Subscribe To Why Sleepy Hollow Needs To Choose A Direction Updates
I've already subscribed
In the first episode of Sleepy Hollow, Ichabod Crane (Tom Mison) awakens for the first time since the 1700s and finds himself in the modern world. He soon meets Abbie Mills (Nicole Beharie), a lieutenant in the police force in the town of Sleepy Hollow who is the first to believe Crane’s theory that a headless horseman is running amok in the area. The nods to Washington Irving’s popular novel, The Legend of Sleepy Hollow abound, but by episode 3 the series has turned into a witty and dramatic cross between a seriously creepy horror film and a campy episode of Buffy, set to spectacular original music. Here’s how Sleepy Hollow became even more of a hodgepodge last night.
The third episode of Sleepy Hollow features Crane and Mills solving a brand new mystery featuring The Sandman. This isn’t the Rise of the Guardians Sandman who helps to put children to sleep. Instead, it’s a demon who forces humans into misery that is so horrific they choose to take their lives rather than live with the visions the demon is putting together. Crane and Mills are forced to consult with a Native American Shaman in order to drug themselves and fight the demon on his own terms—in the dream world.
The most interesting thing about the latest episode of the series is that the headless horseman—a creature who spurred the series into existence and wreaked havoc throughout the first episode—was barely even mentioned. In fact, the horseman is only brought up when Crane visits Abbie’s sister Jenny (Lyndie Greenwood) and lets her in on the fact that demons are plaguing Sleepy Hollow. Despite the plotline explaining Abbie and Jenny’s past, we mostly get a bottle episode featuring a demon that has nothing to do with the horseman, and it seems like this might be more of the direction Sleepy Hollow intends on heading in. Sure, the demon plotline still related back to Jenny and Abbie's life-altering experiences as youths and to Crane and Abbie's ultimate partnership, but it had little else to do with the episodes that came prior. Where was John Cho's character? And why is Captain Irving (Orlando Jones) totally fine with Mills and Crane going off and solving supernatural crimes without consulting him?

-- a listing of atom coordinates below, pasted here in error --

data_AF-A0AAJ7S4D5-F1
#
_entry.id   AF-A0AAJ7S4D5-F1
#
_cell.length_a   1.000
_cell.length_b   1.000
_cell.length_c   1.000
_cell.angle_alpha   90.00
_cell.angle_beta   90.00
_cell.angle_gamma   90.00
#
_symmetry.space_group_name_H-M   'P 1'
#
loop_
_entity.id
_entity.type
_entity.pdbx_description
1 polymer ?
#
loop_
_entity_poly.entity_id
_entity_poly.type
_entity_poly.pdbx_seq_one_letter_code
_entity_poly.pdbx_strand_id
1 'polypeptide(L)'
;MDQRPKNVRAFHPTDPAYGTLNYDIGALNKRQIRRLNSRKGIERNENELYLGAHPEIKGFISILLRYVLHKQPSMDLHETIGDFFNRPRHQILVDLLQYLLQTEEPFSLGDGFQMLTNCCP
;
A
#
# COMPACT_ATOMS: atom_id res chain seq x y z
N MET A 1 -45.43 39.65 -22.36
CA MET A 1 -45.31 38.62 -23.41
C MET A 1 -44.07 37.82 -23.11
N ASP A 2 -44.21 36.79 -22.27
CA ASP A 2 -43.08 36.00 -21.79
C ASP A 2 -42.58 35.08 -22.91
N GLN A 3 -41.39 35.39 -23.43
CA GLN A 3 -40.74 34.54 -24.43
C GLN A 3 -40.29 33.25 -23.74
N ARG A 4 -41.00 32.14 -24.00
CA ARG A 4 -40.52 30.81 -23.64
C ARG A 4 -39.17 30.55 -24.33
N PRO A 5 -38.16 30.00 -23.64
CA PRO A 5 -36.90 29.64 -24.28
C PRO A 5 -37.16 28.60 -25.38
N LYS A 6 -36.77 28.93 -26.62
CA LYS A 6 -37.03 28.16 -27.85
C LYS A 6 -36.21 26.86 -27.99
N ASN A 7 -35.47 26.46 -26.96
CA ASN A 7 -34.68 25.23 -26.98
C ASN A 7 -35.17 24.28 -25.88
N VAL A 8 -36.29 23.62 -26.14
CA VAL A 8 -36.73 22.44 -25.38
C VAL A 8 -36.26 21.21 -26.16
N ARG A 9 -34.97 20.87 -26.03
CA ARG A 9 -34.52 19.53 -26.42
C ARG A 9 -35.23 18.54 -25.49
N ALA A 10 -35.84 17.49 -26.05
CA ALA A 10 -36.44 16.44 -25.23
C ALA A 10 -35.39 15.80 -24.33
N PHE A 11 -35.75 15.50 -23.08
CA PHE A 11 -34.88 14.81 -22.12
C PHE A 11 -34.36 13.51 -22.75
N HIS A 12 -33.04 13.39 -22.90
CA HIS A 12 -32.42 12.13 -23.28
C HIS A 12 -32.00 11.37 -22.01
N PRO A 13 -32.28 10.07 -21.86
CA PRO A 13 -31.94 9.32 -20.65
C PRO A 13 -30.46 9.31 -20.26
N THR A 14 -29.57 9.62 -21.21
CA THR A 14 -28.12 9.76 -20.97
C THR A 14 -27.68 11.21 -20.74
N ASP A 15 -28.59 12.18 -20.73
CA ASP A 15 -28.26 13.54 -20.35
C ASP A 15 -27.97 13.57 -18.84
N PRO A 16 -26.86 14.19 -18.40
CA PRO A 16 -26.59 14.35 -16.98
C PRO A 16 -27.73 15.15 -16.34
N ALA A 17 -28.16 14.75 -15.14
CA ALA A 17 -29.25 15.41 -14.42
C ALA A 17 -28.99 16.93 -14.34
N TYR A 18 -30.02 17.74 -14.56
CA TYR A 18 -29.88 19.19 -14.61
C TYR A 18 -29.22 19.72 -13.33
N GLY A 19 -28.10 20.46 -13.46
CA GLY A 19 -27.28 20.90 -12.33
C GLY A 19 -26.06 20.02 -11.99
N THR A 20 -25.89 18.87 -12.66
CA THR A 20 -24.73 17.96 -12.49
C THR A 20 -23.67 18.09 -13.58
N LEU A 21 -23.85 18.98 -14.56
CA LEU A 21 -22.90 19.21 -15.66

If you’ve been watching, there’s a good chance you’ve been invested in the series, despite the way this last episode played out. You also may be wondering whether adding a more “weekly demon to hunt” format is a good thing or a bad thing. The truth is, with only three episodes under our belts, we don’t really know.
What’s far more important is the show picks a format that works for itself and sticks with it. It could go the Buffy route and offer several bottle episodes for every one in which our protagonists try to catch the Horseman. That would allow for the show to go on indefinitely and for plenty of different avenues to be explored. Oppositely, it could try to tie every single thing together into one consistent mythology that will need to tie together down the road. That’s fine too, but if the writers go that route, they need to be ready to explain how all of the mythology overlap and crossover is actually consistent and relevant once the show moves into new seasons (and they need to be able to do it better than Lost did). The procedural route is certainly easier, but both have their pros and cons.
There’s no right or wrong answer for Sleepy Hollow, but the show will need to choose a direction and do so soon. Right now viewers are invested in the show because it offers a new and exciting premise, but when that is no longer true, the show will need a solid foundation to stand on, and choosing a direction is as key to that foundation as Crane and Abbie's amusing relationship. What do you think? Would you rather the show be more focused on the horsemen or would you rather see more one-off episodes like this week?
Sleepy Hollow is a part of Fox’s lineup. You can catch new episodes on Mondays at 9 p.m. ET.